11. Now calculate Adjusted Dynamic Test Factor by multiplying the Weighted Dnamic Test Factor by its Story Points.

Adjusted Dynamic Test Factor = Weighted Dynamic Test Factor * Story Points

12. Now calculate Test Points for each Test Story by the following formula:

Test Points= Adjusted Dynamic Test Factor * ETF

13. The final Test Points for the entire project would be the sum of all the Test Points.

Now in order to do the Effort Estimation you need to factor the staff's Productivity.
The Productivity has the industry standard range of 0.7 to 2.0. (0.7 is for the highly productive team, whereas 2.0 is for a poorly productive team).

Effort = Test Points * Productivity

Let us say that the total Test Points you arrived at were 400, and your team's productivity is 1.0 then
Person Hours= 400 *1.0

Hence you need 400 person hours of test effort for this project with your current team.

Friday, July 24, 2009

Traveling Onsite: Reasons (contd.): # 5

Reason 5: Strategic Staff Exchange

Long term relationships between a client and a vendor; joint ventures and partnerships; merger / acquisitions trigger the need for a strategic staff exchange program. The motive of such staff exchange program can vary from basic training knowledge sharing to a more intangible benefits like cultural sensitization, international exposure to staff (in order to scale up their abilities) or job enrichment (to keep the morale high).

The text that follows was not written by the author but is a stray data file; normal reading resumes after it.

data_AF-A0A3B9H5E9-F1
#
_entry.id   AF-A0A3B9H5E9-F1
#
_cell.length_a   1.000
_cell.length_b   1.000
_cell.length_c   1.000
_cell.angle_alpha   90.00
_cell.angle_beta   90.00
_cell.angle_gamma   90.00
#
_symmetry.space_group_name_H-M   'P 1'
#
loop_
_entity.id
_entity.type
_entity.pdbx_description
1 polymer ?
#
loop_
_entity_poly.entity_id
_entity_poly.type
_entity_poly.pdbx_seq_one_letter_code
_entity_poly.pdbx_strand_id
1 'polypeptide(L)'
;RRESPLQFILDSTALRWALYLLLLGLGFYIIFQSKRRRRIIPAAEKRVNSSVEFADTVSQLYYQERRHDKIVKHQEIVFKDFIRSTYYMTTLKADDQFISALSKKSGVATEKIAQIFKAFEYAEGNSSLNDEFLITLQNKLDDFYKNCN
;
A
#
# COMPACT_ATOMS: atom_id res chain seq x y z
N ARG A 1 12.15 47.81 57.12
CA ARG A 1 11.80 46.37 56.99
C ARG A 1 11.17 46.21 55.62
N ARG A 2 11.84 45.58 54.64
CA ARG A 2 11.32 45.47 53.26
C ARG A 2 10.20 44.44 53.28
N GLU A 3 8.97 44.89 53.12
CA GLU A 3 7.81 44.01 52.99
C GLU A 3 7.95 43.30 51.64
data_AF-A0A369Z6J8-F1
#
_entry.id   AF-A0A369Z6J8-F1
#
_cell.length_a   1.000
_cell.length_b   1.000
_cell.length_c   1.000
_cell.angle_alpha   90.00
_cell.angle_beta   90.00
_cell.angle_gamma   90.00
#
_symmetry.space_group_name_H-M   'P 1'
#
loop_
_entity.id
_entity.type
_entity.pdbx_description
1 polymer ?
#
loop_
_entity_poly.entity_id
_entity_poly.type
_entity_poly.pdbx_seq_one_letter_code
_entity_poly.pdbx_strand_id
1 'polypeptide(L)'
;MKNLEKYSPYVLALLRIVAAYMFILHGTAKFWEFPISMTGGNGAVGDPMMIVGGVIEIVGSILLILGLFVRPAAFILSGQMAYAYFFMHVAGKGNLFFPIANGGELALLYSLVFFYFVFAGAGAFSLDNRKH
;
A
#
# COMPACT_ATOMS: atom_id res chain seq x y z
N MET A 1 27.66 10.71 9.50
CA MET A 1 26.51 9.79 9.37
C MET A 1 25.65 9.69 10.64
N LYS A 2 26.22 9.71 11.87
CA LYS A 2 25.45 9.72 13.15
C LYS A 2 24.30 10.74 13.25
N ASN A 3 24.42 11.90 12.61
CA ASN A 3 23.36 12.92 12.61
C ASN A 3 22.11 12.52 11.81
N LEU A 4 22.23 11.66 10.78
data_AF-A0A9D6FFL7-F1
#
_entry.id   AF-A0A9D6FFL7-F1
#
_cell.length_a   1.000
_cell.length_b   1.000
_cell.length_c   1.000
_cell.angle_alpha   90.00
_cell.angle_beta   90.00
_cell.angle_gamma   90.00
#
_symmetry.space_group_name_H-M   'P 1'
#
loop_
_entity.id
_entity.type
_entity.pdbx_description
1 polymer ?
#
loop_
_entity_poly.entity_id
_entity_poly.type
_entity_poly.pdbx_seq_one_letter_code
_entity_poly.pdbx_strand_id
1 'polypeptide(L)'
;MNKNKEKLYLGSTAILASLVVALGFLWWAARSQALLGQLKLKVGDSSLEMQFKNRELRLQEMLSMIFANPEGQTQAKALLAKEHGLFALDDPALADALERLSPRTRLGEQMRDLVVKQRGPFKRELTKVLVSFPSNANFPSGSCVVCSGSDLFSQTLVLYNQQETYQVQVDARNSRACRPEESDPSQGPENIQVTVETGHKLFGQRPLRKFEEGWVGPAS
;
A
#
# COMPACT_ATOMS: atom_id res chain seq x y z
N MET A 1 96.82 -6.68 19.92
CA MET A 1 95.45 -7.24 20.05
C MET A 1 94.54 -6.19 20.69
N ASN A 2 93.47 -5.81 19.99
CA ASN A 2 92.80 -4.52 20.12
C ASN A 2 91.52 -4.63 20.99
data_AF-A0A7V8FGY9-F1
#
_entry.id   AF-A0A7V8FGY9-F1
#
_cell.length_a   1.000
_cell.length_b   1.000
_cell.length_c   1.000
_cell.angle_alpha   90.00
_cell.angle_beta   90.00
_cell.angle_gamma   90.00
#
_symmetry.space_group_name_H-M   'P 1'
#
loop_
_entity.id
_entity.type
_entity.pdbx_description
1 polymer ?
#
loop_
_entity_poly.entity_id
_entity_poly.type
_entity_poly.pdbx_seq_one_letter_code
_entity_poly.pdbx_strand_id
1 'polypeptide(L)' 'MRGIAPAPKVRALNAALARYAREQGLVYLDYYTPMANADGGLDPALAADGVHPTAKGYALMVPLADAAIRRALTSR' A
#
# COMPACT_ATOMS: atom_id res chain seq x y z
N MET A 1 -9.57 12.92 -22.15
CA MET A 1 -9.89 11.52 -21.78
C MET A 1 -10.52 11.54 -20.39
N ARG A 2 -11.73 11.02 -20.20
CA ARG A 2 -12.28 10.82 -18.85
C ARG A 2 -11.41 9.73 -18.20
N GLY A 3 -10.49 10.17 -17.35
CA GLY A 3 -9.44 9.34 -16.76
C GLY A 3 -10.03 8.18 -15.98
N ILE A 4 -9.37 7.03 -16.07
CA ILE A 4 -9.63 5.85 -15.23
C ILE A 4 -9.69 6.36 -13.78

Post-merger Consolidation measures often trigger large scale staff exchange programs wherein the teams of the two business entities work together in order to gel the systems, processes and work approaches together.
I once happened to witness some client side engineers to travel to India to work with their vendor's team just because they wanted to add 'international exposure' in their CV. Their complaint was that often Indians travel to US which inflates their profile whereas the professionals in US miss on this international exposure tag because company does not send them to India. So it was more of an HR issue which the client had to deal with. Not so often seen but yes, it has started to happen in US :-).

Wednesday, July 22, 2009

Traveling Onsite: Reasons (contd.): # 4

Reason 4: Project Knowledge Gathering

As resources are inducted to an existing project or as a new project is initiated, the resources are asked to visit onsite for knowledge gathering purpose. The reason is induction in simplified terms. Resources are exposed to the new project environment (and organization culture, processes, standards etc) so that they can become productive in the project from offshore.
Usually this kind of travel is organized in groups involving formal or informal means of training or induction. Usually it is a low key affair and the skill set required is very much specific to the project requirements. This kind of travel is often done for a group of team members or batches (in case of operations outsourcing). As evident, this kind of onsite travel is a very low key affair and does not impact much on the individual's profile since not much depends upon an individual's capabilities. However, the resources gain substantial knowledge in terms of exposure, experience and cultural diversity which can be very useful in future.